HARRISBURG, Pa. (KDKA) — Gov. Tom Wolf says he’s not giving up, again calling on state lawmakers to enact his plan to send scores of Pennsylvanians a check for $2,000.
As KDKA political editor Jon Delano explains, it’s a plan some Republicans are calling a political, inflationary stunt.
Last February, Wolf said all households with a combined income of $80,000 or less should receive a one-time check of up to $2,000. The Republican-controlled legislature ignored that request, so the governor is trying again.
“We’ve tried this once before, and we’re trying it again because this is what Pennsylvanians really need and want,” Wolf said Tuesday at a press conference.
Wolf, a Democrat, is calling on Republican lawmakers to pass his Opportunity Program that would help tens of thousands of individuals and families get extra help.
“Times are really tough for too many people right now. Prices are going up. Inflation is a problem. Paychecks just aren’t stretching as far as they used to,” the governor said.
Republicans opposed the previous version because it took money from unspent federal COVID relief funds. Wolf is now proposing to use the state’s unspent excess funds.
“We now have $5 billion in our rainy day fund and on top of that we have left over $5 billion, $5-6 billion, in an ending balance,” he says.
Wolf estimates that a quarter of a million Pennsylvania households would qualify for $2,000 checks, which would cost about half a billion dollars of the $10 billion to $12 billion the state is sitting on.
“It’s a political stunt, and it’s an election year, and there are a lot of political stunts being played out across the country for parties that aren’t doing so well,” said Pennsylvania Senator Camera Bartolotta, a Republican. of Washington County.
One shot, Bartolotta says, and it’s inflationary, saying it’s like the federal stimulus checks families received under Presidents Biden and Trump that some blame for today’s inflation.
But Democrats like Pennsylvania Rep. Emily Kinkead say that money is needed now.
“Just sitting on money that could be used to help people is, I think, irresponsible,” Kinkead says.
Wolf says people are hurting and the state has the money.
“We have the funds to make this investment in the people of Pennsylvania, and we have this money right now. The Commonwealth of Pennsylvania is in a very, very strong financial position,” Wolf said.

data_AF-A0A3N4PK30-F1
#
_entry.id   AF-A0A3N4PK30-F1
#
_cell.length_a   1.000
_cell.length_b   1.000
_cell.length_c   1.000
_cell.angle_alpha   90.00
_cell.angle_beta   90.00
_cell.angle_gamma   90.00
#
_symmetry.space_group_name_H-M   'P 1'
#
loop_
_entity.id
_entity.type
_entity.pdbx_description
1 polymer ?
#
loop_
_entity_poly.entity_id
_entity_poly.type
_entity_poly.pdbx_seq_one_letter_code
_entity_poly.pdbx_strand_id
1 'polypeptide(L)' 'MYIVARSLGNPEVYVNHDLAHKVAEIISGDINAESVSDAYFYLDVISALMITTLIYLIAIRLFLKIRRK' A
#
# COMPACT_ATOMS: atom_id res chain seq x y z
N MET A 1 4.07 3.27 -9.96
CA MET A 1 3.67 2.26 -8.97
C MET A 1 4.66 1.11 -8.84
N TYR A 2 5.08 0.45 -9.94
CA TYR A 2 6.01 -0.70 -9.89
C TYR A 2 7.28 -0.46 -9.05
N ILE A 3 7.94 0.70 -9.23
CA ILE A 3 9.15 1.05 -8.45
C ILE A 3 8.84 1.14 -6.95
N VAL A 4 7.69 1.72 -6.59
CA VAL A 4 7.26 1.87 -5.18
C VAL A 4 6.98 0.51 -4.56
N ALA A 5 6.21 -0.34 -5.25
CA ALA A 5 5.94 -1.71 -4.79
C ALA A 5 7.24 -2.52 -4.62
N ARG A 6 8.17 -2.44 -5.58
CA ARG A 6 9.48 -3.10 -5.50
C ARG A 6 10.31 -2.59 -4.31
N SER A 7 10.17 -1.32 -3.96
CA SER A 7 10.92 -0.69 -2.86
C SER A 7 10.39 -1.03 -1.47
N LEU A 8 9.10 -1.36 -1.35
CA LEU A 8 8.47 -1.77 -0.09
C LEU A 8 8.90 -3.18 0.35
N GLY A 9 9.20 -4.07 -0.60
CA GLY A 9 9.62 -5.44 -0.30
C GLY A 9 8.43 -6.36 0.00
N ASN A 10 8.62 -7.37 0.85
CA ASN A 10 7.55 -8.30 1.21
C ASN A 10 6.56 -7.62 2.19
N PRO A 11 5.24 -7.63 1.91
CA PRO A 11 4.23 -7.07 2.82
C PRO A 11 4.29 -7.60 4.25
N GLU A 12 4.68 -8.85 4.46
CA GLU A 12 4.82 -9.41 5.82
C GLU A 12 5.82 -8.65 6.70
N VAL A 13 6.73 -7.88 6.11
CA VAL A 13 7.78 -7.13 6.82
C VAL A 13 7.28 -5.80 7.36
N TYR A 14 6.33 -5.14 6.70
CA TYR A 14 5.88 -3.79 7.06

In addition to the $5 billion rainy day fund, Wolf estimates another $5 billion to $6 billion surplus in the recently passed budget. His $2,000 check plan would cost around half a billion dollars.
But some Republicans like Bartolotta worry that a recession is on the way and now is not the time to pass.
“We can see down the road,” she said. “If we spend like Governor Wolf wanted to spend, we’ll see a $13 billion deficit in the years to come.”
Bartolotta opposes the idea of the $2,000 check, as does Pennsylvania Rep. Lori Mizgorski, a Shaler Republican. Mizgorski says she would prefer to see the money invested in expanding programs that help those in need.
“Instead of just handing out checks to specific people within a certain income threshold, it would be better to earmark additional funds for programs,” says Mizgorski.
She cites child care, low-income energy assistance and property tax refunds as programs for that money.
But Kinkead, a Democrat from Pittsburgh, says it’s better to just give taxpayers’ money back, a position, Kinkead says, that Republicans typically take.
“Now they literally have the ability to put taxpayers’ money where their mouth is to say, ‘Okay, let’s give the taxpayers the opportunity to spend their money, rather than the government’, and now they don’t want to not do it,” notes Kinkead.
Since Republicans still control both the Senate and the state House, their support is needed to get Wolf’s proposal through, no one thinks that’s likely to happen.